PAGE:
I’m always happy to spend time with Benedictine nun and theologian, Joan Chittister. I have heard her speak many times, often at the Chuautauqua Institution in New York, but other places as well, and, of course, I own and have read many of her books. I return to her The Gift of Years, Growing Older Gracefully (2008) frequently, but value many of her other titles, also, including Following the Path, The Search for a Life of Passion, Purpose, and Joy (2012); The Time is Now, A Call to Uncommon Courage (2019); The Art of Life, Monastic Wisdom for Every Day (2012); and Between the Dark and the Daylight, Embracing the Contradictions of Life (2015). Many years ago when I was preparing lectures for a weeklong retreat on spiritual friendship her book The Friendship of Women, A Spiritual Tradition (2000) was a guiding star.
The Story of Ruth, Twelve Moments in Every Woman’s Life is a gentle and wise, but compelling reflection of the Biblical story of Ruth and Naomi. Who isn’t familiar with the verses:Where you go, I will go; where you lodge, I will lodge; your people will be my people, and your God my God. Where you die, I will die–there will I be buried. (Ruth 1: 16-17)
I’m not sure what drew me to this book at this stage of my life. I probably read some reference to it in someone’s blog, but what a welcome companion it has been recently. How good it is to be in the company of women as they meet the challenges, or as Chittister calls them, “moments” of their lives and how God calls us to become who we were created to be.
The book leads us through the Biblical story, highlighting the ways Naomi and Ruth, mother-in-law and daughter-in-law, meet the challenges following the deaths of their husbands. Chittister relates those challenges to the challenges all women face, especially as women continue to struggle with inequality and stereotypical limitations. Each chapter examines one of those challenges, including respect, recognition, invisibility, and empowerment.
I suspect if I had read this book earlier in my life I would have been drawn to different chapters, but as a woman in her 70’s, I was most drawn to the chapters on loss, aging, and the last chapter, fulfillment. In the chapter on aging, Chittister writes:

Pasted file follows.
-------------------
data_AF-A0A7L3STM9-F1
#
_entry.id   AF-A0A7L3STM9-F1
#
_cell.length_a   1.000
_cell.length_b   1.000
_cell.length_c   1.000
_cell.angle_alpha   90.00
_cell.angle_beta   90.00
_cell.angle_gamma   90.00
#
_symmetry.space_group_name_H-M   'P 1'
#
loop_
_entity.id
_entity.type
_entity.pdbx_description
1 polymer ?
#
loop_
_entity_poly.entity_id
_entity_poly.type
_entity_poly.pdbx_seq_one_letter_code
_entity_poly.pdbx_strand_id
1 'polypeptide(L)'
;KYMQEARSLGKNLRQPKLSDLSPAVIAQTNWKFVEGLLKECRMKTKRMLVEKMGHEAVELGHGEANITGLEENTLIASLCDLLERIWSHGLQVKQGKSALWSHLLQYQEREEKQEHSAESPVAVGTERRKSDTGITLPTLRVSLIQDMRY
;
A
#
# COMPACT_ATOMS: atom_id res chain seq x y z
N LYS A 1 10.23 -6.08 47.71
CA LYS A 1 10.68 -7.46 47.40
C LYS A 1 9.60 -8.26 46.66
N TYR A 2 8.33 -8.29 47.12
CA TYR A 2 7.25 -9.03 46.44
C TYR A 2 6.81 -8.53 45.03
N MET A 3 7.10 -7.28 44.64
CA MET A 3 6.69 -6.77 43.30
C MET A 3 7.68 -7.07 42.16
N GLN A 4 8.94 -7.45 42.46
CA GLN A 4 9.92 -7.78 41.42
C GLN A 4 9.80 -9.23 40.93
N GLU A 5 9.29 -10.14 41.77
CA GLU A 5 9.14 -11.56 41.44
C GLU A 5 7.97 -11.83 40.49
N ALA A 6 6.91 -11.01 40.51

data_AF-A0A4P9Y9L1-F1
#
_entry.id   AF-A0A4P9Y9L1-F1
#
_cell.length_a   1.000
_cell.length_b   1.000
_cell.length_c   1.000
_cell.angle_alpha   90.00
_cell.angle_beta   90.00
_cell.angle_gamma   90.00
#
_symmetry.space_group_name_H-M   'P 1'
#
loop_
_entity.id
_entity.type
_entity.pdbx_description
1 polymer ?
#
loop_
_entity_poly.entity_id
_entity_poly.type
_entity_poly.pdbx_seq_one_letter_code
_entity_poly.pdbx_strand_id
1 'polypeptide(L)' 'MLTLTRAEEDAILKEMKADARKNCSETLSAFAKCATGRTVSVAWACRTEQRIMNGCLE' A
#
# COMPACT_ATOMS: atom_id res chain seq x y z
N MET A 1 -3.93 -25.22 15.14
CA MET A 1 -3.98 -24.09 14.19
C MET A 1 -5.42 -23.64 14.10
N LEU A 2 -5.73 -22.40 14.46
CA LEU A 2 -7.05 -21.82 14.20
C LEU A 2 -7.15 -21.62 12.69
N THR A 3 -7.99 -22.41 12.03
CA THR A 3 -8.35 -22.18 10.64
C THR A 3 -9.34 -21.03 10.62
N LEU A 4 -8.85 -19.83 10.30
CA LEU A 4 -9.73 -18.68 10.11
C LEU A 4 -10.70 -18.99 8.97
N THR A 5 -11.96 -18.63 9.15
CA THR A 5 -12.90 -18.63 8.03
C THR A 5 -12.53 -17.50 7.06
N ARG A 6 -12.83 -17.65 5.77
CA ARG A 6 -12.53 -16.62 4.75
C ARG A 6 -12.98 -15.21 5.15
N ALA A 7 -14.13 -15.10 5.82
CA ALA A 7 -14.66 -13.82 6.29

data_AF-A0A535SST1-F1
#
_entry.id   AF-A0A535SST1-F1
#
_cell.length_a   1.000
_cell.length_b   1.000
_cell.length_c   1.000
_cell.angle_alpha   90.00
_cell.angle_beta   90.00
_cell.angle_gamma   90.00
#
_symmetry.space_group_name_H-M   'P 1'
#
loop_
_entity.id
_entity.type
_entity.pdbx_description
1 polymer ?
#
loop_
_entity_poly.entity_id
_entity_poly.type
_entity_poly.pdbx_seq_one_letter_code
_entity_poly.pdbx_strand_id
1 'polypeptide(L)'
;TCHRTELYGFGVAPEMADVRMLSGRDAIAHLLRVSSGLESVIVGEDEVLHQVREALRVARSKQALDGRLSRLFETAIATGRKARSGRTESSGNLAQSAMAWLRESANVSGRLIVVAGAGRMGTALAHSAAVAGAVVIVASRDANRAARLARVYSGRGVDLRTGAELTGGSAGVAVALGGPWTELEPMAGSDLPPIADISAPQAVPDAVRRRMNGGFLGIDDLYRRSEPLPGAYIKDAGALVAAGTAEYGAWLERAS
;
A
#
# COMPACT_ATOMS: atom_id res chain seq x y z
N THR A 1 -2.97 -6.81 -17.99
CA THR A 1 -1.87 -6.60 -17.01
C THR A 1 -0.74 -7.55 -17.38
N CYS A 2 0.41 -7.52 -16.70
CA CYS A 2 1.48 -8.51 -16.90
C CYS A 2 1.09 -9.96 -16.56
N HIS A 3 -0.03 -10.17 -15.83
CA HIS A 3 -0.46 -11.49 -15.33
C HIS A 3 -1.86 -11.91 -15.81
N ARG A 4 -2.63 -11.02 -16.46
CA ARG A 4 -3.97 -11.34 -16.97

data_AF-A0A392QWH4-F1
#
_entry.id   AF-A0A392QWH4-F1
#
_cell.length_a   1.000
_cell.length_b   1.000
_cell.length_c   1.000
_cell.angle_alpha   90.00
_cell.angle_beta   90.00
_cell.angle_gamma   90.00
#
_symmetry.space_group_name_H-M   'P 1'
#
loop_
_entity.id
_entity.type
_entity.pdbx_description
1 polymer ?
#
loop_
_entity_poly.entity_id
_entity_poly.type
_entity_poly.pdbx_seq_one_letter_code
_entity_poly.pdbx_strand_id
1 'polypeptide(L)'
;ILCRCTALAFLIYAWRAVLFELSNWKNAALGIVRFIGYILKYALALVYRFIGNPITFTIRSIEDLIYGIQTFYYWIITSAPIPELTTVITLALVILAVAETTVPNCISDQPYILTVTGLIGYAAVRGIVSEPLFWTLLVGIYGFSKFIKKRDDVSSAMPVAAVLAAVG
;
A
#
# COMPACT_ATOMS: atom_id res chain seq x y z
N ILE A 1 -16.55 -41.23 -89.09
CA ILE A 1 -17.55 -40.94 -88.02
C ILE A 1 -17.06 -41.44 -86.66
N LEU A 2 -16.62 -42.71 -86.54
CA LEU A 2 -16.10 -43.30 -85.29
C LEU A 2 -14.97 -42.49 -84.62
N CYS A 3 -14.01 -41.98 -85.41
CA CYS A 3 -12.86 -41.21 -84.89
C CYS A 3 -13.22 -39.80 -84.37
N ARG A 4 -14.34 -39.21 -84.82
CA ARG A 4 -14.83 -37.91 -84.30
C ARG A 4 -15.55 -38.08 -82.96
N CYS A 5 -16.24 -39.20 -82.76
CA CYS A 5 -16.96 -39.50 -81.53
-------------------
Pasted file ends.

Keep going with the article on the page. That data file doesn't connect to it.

There are lessons that come with age that come no other way. Age is a mirror of the knowledge of God. Age teaches that time is precious, that companionship is better than wealth, that sitting can be as much a spiritual discipline as running marathons, that thinking is superior doing, that learning is eternal, the things go to dust, that adult toys wear thin with time, that only what is within us–good music, fine reading, great art, thoughtful conversation, faith, and God–remains. When our mountain climbing days are over, the elderly know, these are the things that will chart the setting of our suns and walk us to our graves. All the doings will wash away; all the being will emerge. (p. 33)
And in the chapter on fulfillment:
What we do as women to bring ourselves to fullness makes the world around us a fuller place as well. (p. 87)
A wonderful bonus in the book is the art by John August Swanson.
An Invitation: What Biblical stories have new meaning for you as you age? I would love to know.
Books Added This Week to My TBR (To Be Read) List
- The Heartbeat of Wounded Knee by David Treuer (2019). This actually is already on my list, but needs to move higher. Nonfiction
- The Love Songs of W.E.B. DuBois by Honoree Fannone Jeffers (2021) Fiction
- Cabin by the Lake Mystery Series by Linda Norlander: Death of an Editor; Death of a Starling; and Death of a Snow Ghost (May, 2022)